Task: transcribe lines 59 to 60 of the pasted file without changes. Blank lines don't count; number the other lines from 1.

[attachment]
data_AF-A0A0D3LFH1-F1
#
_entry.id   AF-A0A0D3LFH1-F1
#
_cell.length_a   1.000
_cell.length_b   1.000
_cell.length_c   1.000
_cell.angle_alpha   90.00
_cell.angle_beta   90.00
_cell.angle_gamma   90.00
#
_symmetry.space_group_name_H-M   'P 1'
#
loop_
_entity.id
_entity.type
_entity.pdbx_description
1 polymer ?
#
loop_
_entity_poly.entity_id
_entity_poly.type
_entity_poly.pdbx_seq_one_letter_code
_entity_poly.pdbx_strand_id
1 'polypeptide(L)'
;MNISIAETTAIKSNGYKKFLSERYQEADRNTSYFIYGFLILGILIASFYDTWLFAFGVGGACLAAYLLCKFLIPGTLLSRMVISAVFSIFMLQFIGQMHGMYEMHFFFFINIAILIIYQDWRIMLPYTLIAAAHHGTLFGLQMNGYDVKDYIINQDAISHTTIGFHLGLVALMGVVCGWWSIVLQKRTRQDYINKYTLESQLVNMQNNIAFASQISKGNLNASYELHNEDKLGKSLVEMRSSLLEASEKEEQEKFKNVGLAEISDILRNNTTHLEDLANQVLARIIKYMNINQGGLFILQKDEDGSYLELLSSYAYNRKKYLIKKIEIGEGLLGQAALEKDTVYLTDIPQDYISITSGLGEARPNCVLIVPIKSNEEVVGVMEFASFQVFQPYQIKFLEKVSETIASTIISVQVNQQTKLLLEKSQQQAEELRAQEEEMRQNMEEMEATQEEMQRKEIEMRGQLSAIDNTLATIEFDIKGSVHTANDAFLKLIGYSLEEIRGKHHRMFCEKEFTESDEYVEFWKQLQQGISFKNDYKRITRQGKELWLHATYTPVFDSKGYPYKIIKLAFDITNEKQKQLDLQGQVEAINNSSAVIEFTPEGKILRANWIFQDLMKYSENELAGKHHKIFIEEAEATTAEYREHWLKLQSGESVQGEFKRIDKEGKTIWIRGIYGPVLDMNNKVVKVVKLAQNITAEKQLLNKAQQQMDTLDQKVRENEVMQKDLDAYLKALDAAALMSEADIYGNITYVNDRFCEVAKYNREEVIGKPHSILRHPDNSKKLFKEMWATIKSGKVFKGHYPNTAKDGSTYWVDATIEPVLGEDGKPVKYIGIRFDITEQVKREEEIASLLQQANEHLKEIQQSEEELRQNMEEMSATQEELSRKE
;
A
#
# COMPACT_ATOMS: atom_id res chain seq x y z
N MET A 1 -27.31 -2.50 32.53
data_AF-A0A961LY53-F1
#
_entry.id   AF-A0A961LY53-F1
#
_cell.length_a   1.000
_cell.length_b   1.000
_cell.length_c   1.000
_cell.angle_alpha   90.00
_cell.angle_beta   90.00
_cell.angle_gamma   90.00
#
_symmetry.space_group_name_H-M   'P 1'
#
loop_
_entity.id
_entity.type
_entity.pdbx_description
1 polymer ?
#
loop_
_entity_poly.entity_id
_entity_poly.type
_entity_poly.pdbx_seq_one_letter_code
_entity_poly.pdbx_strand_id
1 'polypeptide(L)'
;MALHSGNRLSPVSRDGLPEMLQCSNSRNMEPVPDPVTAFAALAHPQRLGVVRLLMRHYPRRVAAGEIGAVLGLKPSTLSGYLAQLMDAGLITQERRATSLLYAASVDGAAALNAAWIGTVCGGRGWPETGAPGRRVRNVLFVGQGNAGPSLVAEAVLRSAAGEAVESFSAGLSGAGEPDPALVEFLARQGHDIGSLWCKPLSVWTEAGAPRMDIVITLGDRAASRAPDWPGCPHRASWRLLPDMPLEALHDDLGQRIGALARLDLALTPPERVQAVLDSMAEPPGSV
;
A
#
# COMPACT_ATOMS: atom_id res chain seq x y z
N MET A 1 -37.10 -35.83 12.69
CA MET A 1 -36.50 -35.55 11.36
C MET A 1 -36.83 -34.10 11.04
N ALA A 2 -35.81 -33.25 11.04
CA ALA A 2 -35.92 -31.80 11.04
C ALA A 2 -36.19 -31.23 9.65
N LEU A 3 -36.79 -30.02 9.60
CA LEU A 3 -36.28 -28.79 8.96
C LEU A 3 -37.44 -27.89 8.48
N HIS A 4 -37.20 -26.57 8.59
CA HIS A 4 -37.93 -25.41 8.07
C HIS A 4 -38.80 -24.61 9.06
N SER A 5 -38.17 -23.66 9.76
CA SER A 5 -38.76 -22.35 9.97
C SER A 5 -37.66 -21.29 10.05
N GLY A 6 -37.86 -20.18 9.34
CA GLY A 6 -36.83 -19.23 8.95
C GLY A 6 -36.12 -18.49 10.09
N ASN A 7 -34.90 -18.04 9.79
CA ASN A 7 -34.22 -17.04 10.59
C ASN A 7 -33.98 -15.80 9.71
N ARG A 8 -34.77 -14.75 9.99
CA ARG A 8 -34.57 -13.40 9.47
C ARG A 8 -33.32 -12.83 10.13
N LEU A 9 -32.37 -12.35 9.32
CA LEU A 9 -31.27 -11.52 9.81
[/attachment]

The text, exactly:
A
#